Leo Hylan
3/15/2015 02:24 AM
 

  Except,MD, "multiculturalism" can't be the wave of the future because it's never been the wave of the past. Something emerges and always triumphs and it's never "multicultural".

 
 
Nicholas MOSES
Paris, France
3/15/2015 02:15 PM
 

  "Dr. Trifkovic has said that deportation is politically impossible." While Dr. T's words are true, they are in the present tense. One should never forget that a week is a long time in politics, and there are certainly a fair few permutations of ongoing geopolitical phenomena that, if culminated synchronously, could lead to seismic shifts in the realm of possible in the international order. The Eleanor Roosevelt/Polyanna approach to diplomacy is still the dominant paradigm but is definitely on the retreat. I'm talking of events on the order of a severe financial meltdown or the spread of ISIL to more secured and contiguous positions on the Mediterranean shore. Right now the international order centered on the UN and its satellite agents of globalization in the form of the EU, NGOs and even nominally "national" governments is in a position to punish those who do not comply with its mass misceginatory fantasies. That very same ideological zeal, depending as it does on a steady stream of wealth and the absence of "official" and easily categorizable aggressors, does however make that apparatus completely inept - and liable to collapse - in the face of certain types of threats. What happens from there will have to be seen. Stay tuned...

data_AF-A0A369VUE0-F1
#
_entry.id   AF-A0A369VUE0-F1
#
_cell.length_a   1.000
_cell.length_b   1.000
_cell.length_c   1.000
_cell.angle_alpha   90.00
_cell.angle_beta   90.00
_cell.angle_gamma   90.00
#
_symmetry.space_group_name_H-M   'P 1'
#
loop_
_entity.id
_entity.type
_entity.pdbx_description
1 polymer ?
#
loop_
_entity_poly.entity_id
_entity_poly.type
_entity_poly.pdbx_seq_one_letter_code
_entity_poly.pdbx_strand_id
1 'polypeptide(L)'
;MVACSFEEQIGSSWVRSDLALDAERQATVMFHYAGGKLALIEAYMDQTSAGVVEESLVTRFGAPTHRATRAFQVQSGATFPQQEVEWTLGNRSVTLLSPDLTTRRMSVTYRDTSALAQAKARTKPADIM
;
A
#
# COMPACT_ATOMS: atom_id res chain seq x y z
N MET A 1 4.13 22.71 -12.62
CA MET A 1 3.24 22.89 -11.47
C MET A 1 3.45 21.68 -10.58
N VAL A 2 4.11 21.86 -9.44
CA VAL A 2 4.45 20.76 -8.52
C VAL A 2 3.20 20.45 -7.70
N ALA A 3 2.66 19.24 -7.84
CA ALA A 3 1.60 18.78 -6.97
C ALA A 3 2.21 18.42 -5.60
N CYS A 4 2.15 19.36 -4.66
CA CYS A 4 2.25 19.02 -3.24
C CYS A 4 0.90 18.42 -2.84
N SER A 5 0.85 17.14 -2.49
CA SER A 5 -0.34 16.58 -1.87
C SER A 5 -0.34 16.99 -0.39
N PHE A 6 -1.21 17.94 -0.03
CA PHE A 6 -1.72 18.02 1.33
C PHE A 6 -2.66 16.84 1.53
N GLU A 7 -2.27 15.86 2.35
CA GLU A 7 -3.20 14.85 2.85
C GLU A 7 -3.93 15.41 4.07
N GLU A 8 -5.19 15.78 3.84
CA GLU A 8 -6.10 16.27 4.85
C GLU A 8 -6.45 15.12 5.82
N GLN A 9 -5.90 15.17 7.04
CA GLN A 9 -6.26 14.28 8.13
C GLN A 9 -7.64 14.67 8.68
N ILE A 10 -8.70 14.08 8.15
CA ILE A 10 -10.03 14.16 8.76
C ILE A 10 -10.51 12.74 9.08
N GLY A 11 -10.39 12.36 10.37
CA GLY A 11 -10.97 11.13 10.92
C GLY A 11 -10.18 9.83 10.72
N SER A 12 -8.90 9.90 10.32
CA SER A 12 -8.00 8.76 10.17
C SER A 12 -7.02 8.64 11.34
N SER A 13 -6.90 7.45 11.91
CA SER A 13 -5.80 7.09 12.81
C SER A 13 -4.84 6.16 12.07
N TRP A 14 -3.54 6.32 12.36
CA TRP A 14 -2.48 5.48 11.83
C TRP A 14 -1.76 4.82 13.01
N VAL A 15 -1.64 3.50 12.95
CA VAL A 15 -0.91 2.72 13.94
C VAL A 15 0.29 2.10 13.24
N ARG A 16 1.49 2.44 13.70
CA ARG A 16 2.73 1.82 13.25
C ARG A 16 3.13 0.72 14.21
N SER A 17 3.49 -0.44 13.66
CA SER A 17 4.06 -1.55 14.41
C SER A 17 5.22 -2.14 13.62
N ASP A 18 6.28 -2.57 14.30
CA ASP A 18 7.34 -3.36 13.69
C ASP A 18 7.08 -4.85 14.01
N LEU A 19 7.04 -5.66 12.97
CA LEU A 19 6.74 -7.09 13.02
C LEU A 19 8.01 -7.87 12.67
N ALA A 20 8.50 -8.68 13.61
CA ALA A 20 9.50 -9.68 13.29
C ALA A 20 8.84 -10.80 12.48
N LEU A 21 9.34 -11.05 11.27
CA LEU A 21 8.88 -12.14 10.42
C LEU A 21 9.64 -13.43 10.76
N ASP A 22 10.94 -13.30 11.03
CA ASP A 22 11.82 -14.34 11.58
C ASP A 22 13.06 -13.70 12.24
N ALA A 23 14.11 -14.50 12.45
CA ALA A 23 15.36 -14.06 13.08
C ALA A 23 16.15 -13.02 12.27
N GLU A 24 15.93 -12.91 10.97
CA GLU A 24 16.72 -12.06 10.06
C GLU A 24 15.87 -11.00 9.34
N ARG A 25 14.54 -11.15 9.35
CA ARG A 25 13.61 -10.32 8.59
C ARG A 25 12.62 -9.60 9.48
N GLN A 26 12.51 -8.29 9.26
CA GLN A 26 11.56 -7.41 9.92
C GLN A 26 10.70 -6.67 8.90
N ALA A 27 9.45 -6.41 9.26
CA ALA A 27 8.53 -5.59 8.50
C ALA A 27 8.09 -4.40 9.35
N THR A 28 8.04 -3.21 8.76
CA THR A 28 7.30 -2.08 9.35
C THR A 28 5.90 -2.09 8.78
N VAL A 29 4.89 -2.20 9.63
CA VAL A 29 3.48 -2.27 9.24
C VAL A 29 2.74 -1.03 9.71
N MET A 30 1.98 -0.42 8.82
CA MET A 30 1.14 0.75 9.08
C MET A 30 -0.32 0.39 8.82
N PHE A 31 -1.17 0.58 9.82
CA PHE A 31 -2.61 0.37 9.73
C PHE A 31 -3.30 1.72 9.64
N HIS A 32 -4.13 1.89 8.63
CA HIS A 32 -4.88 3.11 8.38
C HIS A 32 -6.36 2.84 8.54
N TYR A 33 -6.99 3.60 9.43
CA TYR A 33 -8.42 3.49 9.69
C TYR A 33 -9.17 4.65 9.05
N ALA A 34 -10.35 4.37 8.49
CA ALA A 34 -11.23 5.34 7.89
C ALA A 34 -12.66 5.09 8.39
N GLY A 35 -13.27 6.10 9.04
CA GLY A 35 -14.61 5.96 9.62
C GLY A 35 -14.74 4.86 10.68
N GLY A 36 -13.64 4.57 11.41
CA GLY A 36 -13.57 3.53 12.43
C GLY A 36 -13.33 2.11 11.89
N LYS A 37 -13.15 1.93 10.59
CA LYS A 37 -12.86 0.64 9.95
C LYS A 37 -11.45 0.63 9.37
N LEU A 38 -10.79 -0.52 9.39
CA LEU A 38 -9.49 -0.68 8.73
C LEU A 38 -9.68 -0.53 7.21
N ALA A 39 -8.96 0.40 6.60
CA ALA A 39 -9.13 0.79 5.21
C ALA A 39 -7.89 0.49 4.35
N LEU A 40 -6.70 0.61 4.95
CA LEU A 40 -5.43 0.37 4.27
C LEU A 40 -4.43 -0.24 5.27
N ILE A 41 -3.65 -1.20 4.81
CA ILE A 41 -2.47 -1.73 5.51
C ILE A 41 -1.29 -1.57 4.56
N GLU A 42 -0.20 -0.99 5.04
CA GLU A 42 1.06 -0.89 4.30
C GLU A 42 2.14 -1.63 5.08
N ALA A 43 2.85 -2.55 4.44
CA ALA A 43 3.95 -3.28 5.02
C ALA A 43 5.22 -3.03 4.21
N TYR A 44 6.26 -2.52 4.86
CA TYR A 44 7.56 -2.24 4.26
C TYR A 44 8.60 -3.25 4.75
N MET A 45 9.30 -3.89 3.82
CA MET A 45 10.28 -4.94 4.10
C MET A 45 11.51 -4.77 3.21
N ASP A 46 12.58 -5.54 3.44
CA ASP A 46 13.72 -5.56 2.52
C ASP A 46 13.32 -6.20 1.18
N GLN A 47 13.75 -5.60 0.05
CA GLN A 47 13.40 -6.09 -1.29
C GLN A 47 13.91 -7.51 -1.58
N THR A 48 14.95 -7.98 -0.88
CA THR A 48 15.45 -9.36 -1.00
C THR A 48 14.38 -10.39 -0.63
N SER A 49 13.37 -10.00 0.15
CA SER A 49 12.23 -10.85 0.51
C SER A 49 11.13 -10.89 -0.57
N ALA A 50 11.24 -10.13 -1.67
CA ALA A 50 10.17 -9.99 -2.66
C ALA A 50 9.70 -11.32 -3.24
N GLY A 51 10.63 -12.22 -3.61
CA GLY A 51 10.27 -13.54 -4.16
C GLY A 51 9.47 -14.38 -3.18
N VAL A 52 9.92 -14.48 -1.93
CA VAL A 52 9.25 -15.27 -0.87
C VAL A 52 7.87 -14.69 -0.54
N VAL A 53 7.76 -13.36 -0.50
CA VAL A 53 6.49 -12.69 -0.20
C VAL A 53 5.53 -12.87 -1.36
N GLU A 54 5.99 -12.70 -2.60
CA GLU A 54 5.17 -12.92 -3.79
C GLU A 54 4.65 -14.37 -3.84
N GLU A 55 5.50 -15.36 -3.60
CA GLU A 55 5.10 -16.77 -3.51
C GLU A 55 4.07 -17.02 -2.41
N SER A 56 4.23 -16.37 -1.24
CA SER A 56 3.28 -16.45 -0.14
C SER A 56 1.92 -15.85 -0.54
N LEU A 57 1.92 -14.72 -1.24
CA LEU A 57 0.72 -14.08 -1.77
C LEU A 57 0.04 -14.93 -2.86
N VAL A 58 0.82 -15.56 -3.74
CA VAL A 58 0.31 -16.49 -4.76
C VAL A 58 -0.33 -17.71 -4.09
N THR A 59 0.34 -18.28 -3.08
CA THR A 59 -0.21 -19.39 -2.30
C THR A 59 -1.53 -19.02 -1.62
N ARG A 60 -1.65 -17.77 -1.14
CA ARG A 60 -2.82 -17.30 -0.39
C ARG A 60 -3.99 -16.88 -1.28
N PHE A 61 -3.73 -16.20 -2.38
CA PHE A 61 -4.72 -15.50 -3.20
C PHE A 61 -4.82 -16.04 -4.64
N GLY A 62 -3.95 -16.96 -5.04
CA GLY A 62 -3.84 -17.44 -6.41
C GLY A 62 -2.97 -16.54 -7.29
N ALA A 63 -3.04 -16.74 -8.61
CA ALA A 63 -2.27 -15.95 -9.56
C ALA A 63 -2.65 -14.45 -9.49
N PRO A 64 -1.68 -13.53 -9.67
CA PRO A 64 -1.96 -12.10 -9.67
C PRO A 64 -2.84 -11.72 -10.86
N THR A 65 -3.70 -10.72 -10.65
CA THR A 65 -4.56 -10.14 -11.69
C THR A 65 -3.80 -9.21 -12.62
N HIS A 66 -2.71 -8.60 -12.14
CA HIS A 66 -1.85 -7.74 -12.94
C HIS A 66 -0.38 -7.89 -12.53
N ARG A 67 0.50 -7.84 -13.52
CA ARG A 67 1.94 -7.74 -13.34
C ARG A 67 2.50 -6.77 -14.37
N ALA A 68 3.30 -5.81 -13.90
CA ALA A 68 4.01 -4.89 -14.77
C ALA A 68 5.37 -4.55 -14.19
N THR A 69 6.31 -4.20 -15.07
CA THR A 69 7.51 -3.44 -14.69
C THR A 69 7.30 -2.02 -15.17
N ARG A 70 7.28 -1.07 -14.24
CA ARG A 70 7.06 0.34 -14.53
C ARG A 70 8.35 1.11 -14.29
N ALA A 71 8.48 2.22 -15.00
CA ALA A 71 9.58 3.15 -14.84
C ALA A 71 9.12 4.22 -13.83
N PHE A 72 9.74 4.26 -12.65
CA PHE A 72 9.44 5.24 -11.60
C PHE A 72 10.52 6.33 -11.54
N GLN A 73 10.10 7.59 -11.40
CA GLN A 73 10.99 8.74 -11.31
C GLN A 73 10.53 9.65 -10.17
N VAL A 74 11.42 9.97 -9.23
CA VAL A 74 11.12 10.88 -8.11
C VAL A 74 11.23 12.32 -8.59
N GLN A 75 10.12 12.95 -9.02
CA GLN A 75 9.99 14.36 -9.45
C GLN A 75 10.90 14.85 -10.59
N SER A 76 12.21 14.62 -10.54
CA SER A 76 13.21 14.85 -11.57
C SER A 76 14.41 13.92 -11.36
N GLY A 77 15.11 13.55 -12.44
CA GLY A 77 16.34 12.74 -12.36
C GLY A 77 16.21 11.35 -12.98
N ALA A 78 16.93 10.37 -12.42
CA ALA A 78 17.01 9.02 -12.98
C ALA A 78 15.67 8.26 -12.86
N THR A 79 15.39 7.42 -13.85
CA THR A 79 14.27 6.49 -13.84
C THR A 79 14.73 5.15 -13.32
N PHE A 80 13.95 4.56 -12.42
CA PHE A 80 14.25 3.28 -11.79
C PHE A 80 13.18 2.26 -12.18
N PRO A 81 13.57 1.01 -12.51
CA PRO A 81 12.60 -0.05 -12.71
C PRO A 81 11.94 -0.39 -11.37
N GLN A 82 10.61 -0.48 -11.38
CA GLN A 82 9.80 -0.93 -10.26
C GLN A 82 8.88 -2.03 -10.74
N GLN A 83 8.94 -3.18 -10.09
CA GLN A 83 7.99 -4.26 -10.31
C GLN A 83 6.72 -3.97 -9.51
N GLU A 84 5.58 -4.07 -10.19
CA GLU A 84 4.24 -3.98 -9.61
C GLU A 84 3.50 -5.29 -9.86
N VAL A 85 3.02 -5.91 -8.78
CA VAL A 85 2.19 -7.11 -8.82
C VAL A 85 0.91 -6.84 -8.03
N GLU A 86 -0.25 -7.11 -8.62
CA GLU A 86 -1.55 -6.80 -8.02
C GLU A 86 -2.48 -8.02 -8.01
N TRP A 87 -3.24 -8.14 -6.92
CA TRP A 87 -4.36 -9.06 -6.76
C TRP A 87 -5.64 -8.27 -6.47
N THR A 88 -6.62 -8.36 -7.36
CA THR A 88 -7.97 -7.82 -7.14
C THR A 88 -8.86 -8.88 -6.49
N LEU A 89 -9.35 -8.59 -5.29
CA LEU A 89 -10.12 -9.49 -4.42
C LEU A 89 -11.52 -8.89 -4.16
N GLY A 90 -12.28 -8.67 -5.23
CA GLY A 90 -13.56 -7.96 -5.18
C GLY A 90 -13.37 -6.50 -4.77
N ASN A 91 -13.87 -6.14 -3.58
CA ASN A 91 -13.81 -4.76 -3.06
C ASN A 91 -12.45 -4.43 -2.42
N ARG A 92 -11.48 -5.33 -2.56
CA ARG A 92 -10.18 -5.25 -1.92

Nicholas MOSES
Paris, France
3/16/2015 05:20 PM
 

  Mr. Heller, your assessment of the political situation is literarily meritworthy, but not particularly scientific, since like MD before you you do not factor in that most important of political variables and the one relative to which political algorithms are most volatile: TIME. 2002 was not 2014 and it was not the time. Furthermore, you overstate the reliability of the masses to express national will. Fred Reed gave an excellent dressing-down of universal suffrage a couple weeks back, citing among other things the fact that 26 percent of Americans apparently do not know that the Earth goes around the sun and arguing that disenfranchising the vast majority of Americans was a matter of national emergency. The same could be said for any European country. (A caveat: Reed does compare the intellectual culture of America unfavorably to that of France, a basically fair point although France is not quite as far behind the U.S. as it once was in sheer stupidity and is catching up, with breathtaking speed, accelerating every year since I've lived here.)